19th day of July 2001byKeane C.J.

Keane C.J.
The factual background

The facts in this case, to the extent that they are not in dispute, are summarised with such admirable clarity in the High Court judgment under appeal, that I can limit myself, for the purposes of this judgment, to a relatively brief résumé.


The applicants are two publicly quoted companies engaged in prospecting for and mining ores and minerals. On the 30th May 1968, they were granted ten prospecting licences by the Minister for Energy for the purpose of exploring for gold in an area south of Westport in Co. Mayo. Those licences were renewed from time to time and, during the period from the date on which they were granted to the adoption by the respondents of what has been described as a "miningban" in the County Mayo Development Plan on 17th February 1992, they expended a sum of £1,938,264 in prospecting for gold in the relevant areas. In July 1990, Mr. McCullough, the managing director of the first applicant, had written to the respondents pointing out that the applicants" exploration work in south Mayo was well advanced and that they hoped to develop a gold mine in the area.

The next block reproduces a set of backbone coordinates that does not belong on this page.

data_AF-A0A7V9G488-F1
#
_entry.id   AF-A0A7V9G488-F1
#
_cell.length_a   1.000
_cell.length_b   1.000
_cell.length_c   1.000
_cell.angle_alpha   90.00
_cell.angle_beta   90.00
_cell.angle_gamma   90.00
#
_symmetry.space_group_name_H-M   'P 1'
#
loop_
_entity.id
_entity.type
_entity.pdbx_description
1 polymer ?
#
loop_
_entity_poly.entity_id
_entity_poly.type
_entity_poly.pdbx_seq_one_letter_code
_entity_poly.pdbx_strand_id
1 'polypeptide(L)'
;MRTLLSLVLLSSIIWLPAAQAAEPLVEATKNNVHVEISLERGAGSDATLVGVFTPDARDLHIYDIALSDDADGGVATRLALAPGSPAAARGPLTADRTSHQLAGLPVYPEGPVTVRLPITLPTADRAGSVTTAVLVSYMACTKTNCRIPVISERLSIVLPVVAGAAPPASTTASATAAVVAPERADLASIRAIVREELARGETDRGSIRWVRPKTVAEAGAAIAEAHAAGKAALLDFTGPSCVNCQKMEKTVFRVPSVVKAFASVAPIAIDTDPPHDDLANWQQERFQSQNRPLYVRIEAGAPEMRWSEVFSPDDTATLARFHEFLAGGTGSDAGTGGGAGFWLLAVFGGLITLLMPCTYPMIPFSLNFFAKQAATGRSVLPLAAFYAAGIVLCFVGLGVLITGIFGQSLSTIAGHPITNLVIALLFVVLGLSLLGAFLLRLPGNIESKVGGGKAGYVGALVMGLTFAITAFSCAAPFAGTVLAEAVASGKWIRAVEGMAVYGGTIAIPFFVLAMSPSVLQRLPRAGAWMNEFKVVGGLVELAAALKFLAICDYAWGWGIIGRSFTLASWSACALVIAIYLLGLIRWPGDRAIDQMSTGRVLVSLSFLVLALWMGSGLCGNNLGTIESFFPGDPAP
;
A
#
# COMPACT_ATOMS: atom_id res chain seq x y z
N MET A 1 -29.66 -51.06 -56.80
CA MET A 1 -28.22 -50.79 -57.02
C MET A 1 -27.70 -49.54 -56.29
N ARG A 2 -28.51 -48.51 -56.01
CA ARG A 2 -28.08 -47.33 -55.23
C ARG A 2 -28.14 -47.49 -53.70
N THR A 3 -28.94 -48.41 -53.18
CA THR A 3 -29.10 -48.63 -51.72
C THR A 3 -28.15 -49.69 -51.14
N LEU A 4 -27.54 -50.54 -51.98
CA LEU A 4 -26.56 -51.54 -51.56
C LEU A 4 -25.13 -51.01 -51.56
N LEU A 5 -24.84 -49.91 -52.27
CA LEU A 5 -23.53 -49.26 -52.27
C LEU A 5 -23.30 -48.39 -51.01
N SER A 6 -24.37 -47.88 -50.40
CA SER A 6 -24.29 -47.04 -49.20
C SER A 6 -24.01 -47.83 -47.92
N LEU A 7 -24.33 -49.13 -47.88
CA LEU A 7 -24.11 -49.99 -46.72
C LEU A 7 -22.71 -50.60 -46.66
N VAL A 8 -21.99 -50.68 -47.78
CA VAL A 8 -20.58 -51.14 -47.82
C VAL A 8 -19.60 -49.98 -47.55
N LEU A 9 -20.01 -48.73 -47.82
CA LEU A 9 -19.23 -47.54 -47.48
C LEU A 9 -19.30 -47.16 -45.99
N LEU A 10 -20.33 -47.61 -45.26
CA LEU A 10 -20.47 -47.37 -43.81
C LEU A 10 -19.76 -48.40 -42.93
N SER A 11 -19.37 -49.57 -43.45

Although the results of the prospecting activities were highly encouraging, the applicants were of the view that, if the gold which appeared to exist in these areas was to be commercially mined, a further substantial investment would be required. They accordingly entered into a joint venture agreement with a company called Newcrest Mining Ltd., one of the largest Australian gold producers (hereafter "Newcrest") in November 1991. Under that agreement, Newcrest were to spend at least £1.6 million on further exploration and, in return, was to be given a 51% interest in the venture. InFebruary 1992, however, Newcrest withdrew from the joint venture as a direct result, the applicants alleged, of the inclusion in the county development plan of the mining ban.